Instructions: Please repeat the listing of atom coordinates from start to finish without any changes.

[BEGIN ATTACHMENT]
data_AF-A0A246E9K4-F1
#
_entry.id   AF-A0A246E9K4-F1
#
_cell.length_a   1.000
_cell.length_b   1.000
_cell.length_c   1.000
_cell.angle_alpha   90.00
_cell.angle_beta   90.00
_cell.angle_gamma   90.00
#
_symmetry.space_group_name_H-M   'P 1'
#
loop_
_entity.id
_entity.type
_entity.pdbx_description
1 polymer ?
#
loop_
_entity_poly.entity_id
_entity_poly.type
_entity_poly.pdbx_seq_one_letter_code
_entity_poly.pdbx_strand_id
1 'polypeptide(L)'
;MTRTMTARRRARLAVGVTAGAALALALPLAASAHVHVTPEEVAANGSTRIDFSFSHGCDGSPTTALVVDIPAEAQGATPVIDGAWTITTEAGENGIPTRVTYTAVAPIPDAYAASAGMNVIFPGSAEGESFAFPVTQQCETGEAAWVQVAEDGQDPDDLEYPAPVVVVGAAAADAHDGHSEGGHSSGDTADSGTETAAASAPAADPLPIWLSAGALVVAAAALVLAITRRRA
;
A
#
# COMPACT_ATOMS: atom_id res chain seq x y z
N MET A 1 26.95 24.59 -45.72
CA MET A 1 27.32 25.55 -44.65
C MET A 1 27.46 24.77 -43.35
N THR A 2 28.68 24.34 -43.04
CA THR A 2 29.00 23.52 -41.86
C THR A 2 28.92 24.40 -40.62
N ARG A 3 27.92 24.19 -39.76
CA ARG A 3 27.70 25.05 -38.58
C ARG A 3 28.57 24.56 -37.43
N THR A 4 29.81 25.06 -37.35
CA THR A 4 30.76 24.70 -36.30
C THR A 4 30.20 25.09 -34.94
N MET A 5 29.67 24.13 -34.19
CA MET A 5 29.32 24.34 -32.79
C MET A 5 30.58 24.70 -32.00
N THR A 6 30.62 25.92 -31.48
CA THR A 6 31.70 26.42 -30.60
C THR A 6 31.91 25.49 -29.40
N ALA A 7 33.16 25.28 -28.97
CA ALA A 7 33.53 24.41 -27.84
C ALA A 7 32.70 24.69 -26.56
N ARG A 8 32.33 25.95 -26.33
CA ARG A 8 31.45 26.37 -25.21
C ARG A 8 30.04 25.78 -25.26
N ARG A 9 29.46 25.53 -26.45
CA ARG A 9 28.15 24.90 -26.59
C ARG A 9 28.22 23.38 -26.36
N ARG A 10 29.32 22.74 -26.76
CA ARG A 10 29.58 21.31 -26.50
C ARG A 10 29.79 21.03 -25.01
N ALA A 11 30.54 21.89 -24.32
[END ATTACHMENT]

data_AF-A0A246E9K4-F1
#
_entry.id   AF-A0A246E9K4-F1
#
_cell.length_a   1.000
_cell.length_b   1.000
_cell.length_c   1.000
_cell.angle_alpha   90.00
_cell.angle_beta   90.00
_cell.angle_gamma   90.00
#
_symmetry.space_group_name_H-M   'P 1'
#
loop_
_entity.id
_entity.type
_entity.pdbx_description
1 polymer ?
#
loop_
_entity_poly.entity_id
_entity_poly.type
_entity_poly.pdbx_seq_one_letter_code
_entity_poly.pdbx_strand_id
1 'polypeptide(L)'
;MTRTMTARRRARLAVGVTAGAALALALPLAASAHVHVTPEEVAANGSTRIDFSFSHGCDGSPTTALVVDIPAEAQGATPVIDGAWTITTEAGENGIPTRVTYTAVAPIPDAYAASAGMNVIFPGSAEGESFAFPVTQQCETGEAAWVQVAEDGQDPDDLEYPAPVVVVGAAAADAHDGHSEGGHSSGDTADSGTETAAASAPAADPLPIWLSAGALVVAAAALVLAITRRRA
;
A
#
# COMPACT_ATOMS: atom_id res chain seq x y z
N MET A 1 26.95 24.59 -45.72
CA MET A 1 27.32 25.55 -44.65
C MET A 1 27.46 24.77 -43.35
N THR A 2 28.68 24.34 -43.04
CA THR A 2 29.00 23.52 -41.86
C THR A 2 28.92 24.40 -40.62
N ARG A 3 27.92 24.19 -39.76
CA ARG A 3 27.70 25.05 -38.58
C ARG A 3 28.57 24.56 -37.43
N THR A 4 29.81 25.06 -37.35
CA THR A 4 30.76 24.70 -36.30
C THR A 4 30.20 25.09 -34.94
N MET A 5 29.67 24.13 -34.19
CA MET A 5 29.32 24.34 -32.79
C MET A 5 30.58 24.70 -32.00
N THR A 6 30.62 25.92 -31.48
CA THR A 6 31.70 26.42 -30.60
C THR A 6 31.91 25.49 -29.40
N ALA A 7 33.16 25.28 -28.97
CA ALA A 7 33.53 24.41 -27.84
C ALA A 7 32.70 24.69 -26.56
N ARG A 8 32.33 25.95 -26.33
CA ARG A 8 31.45 26.37 -25.21
C ARG A 8 30.04 25.78 -25.26
N ARG A 9 29.46 25.53 -26.45
CA ARG A 9 28.15 24.90 -26.59
C ARG A 9 28.22 23.38 -26.36
N ARG A 10 29.32 22.74 -26.76
CA ARG A 10 29.58 21.31 -26.50
C ARG A 10 29.79 21.03 -25.01
N ALA A 11 30.54 21.89 -24.32